The political thought of Xi Jinping
This project is about ascertaining what is becoming of China and where it is heading. It does so by examining the Political Thought of Xi Jinping (XJPT), which sets the direction of travel for China in the foreseeable future. It will systemically unpack what XJPT means, examine how it is put into practice, and evaluate the implementation outcomes. In the process, it will test if XJPT has sufficiently reshaped consultative Leninism, the post-Mao system of Chinese politics.
The key team members for this two-year project (2020-2022) are Professor Steve Tsang (principal investigator) and Dr Olivia Cheung (research fellow). We thank SOAS alumni and donors for their support which enables this project to be launched.
What is the Political Thought of Xi Jinping? According to the Chinese Communist Party, XJPT is its “action manual” for rejuvenating the Chinese nation. Learning it is compulsory not only for Party members but also for public employees all over China. It is by now a household name to which most Chinese would show respect in public. The putting of XJPT on a pedestal in China contrasts with the scant and generally negative publicity it has attracted in the West, where it is seen as Xi’s shameless self-promotion, if not compared with Mao Zedong’s attempt to build a personality cult.
Whatever we may think of XJPT, we ignore it at our own peril. With Xi likely to stay as leader of China for another two decades or longer, we need to understand XJPT for what it is. Robust scrutiny of XJPT should enable us to see the trajectory of China’s domestic politics and foreign policy with the goal of achieving national rejuvenation by 2049, the centenary of the establishment of the PRC. China may or may not develop as Xi would like it to but he is putting forth his ideas and ambitions for China, which can be organized in a structured way. If China develops a grand strategy its main thrust will be outlined in XJPT. In short, if we wish to understand how China is moving forward, we must know what XJPT says.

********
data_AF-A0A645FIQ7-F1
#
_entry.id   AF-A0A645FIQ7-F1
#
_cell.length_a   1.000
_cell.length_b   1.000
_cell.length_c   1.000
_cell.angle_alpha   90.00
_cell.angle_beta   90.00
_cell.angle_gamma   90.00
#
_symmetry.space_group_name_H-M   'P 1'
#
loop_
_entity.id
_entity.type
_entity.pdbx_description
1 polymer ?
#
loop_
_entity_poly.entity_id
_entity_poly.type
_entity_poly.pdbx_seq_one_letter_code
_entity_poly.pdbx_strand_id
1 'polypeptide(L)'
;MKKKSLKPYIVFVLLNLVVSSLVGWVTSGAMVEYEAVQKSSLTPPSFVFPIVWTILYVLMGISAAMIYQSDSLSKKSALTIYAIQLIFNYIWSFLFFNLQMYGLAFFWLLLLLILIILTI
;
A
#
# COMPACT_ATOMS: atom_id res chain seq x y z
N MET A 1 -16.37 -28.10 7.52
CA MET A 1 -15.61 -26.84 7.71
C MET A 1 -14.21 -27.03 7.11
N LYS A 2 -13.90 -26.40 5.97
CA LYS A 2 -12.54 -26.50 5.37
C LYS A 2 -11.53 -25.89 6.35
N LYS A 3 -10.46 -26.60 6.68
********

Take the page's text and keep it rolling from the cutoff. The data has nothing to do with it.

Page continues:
This is one of the first major English language research projects that takes XJPT as the subject of analysis in its own right. Our starting point is that XJPT should not be seen as an ideology, but as a strategic thought that guides the Communist Party and China. This definition benefits the project with far greater analytical leverage than studies that ascertain the ideological purchase of XJPT, take XJPT as a prism of Xi’s personality and preferences, or dismiss XJPT as mere propaganda.
Our analysis of XJPT is threefold. First, we unpack, explain and contextualize the key tenets of XJPT, in order to organize its scattered and seemingly all-encompassing content into a clear structure. Second, we examine how XJPT is put into practice. Third, we evaluate the implementation outcomes of XJPT. We cover XJPT on the themes of the Party, ideology, governance, economy, rural development, urbanization, regional development, social management and control, foreign policy, China’s place in the world, and national security.
In the process of scrutinizing XJPT, this project will test if XJPT has sufficiently reshaped consultative Leninism to require a new analytical framework. “Consultative Leninism” is a framework developed by Steve Tsang to describe the post-Mao system of Chinese politics that has allowed the Chinese Communist Party to retain its Leninist structure and ethos, while incorporating elements of consultation characteristic of modern government to satisfy the power-sharing demands from within the regime and society (See Tsang, 2009, “Consultative Leninism: China’s new political framework”, Journal of Contemporary China, 18:62, 865-880; Tsang, 2020, “Party-state realism: A framework for understanding China’s approach to foreign policy”, Journal of Contemporary China, 29:122, 304-318).
If the research suggests that the Chinese political system under XJPT remains essentially consultative Leninist, it raises interesting and important questions about authoritarian institutional design and legitimacy, given the apparent contradiction between Xi’s emergence as a strongman against the norm of collective leadership inherent in consultative Leninism. If the research indicates that a new analytical framework is called for, we will explore what that may be and their implications for domestic Chinese politics and foreign policy. Either way, the findings of this project, which will appear in the form of a book and journal articles, will provide academics, policy makers, the media and the general public interested in China valuable insights of what is becoming of China and where it is heading.